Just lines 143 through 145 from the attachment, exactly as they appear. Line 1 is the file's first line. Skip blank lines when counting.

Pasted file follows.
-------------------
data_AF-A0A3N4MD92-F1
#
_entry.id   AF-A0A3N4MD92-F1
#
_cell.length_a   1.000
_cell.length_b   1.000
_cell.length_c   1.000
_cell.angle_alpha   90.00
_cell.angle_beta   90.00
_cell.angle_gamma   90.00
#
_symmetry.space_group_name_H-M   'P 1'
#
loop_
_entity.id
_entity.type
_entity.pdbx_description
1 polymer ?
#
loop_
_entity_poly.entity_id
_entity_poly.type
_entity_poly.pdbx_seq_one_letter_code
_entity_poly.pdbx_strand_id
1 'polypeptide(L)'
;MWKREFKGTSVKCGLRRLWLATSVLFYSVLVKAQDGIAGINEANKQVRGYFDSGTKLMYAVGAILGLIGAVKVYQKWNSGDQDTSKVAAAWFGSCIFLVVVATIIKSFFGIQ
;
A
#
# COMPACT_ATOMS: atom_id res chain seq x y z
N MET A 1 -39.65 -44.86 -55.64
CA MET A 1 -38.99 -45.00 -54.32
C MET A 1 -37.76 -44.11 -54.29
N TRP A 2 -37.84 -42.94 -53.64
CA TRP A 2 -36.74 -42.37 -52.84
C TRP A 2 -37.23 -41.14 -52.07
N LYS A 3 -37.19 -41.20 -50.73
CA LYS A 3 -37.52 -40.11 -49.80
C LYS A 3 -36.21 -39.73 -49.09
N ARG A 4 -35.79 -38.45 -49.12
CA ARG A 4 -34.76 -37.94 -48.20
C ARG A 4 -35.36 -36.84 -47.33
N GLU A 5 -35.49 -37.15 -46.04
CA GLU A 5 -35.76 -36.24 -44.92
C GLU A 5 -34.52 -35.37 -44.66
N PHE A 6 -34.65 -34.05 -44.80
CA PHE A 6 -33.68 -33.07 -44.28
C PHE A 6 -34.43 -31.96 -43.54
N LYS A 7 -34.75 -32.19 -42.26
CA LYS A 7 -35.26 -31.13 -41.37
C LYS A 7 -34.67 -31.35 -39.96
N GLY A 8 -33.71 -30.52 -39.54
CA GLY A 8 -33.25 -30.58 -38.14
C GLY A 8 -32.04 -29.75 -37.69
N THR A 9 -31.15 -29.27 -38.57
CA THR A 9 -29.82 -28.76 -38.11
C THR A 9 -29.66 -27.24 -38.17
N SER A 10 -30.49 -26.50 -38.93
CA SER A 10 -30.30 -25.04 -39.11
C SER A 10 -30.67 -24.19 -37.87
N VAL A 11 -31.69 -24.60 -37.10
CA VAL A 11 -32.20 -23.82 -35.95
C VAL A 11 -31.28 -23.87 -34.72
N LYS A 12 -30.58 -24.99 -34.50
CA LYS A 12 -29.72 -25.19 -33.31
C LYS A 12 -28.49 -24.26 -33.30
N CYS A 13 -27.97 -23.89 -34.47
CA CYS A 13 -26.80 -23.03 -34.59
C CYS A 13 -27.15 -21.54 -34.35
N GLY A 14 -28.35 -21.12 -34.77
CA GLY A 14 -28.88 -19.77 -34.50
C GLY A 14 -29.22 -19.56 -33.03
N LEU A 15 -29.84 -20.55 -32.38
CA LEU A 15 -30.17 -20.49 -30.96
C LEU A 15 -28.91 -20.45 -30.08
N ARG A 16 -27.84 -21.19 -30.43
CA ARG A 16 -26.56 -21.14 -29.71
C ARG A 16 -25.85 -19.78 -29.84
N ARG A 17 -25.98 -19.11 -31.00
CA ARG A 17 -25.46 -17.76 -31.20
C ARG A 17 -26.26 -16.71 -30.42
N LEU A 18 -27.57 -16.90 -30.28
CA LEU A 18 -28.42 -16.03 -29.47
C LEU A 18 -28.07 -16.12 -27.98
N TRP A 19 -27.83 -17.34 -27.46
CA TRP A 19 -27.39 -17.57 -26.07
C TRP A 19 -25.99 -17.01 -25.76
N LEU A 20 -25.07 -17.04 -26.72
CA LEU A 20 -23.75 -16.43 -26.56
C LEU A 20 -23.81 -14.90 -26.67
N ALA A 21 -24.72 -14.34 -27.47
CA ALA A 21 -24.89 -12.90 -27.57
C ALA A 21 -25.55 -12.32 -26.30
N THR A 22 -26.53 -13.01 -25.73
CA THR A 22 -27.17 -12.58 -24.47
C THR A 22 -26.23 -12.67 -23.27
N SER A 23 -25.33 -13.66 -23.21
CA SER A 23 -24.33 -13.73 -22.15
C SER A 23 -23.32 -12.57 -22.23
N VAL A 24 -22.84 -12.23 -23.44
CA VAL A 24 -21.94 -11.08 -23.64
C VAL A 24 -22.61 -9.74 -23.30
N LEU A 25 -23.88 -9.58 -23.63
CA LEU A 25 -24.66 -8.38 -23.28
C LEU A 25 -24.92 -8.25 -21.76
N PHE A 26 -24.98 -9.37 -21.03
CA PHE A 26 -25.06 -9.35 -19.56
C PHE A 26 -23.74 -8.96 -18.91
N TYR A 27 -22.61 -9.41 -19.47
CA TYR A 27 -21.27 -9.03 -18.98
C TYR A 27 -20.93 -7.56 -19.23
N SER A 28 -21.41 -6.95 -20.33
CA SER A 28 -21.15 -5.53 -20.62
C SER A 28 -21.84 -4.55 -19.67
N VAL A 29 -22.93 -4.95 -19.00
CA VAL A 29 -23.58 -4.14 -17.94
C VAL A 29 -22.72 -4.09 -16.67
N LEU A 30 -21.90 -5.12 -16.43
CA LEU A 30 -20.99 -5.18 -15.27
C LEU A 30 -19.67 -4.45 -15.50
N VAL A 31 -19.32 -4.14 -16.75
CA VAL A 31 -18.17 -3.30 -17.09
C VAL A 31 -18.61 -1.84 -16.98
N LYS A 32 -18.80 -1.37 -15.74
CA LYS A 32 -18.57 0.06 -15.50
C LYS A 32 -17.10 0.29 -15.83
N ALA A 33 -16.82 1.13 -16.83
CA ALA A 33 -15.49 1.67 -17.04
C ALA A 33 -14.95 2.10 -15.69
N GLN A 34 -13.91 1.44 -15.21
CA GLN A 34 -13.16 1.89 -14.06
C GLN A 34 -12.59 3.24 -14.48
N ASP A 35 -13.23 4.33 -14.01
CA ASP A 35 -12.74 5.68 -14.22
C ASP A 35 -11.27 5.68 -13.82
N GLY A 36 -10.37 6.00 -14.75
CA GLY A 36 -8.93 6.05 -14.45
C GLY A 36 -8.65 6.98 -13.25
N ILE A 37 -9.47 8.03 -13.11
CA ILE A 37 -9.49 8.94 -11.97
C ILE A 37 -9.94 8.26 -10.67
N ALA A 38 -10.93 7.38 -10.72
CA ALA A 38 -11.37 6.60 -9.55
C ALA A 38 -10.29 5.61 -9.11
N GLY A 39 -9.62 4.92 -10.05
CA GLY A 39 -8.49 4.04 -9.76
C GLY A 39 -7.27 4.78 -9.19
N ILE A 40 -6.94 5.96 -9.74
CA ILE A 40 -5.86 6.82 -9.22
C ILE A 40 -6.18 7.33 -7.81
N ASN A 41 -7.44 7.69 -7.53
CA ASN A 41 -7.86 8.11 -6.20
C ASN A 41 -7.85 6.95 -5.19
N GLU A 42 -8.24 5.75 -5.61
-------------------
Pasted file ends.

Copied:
CA ALA A 38 -11.37 6.60 -9.55
C ALA A 38 -10.29 5.61 -9.11
N GLY A 39 -9.62 4.92 -10.05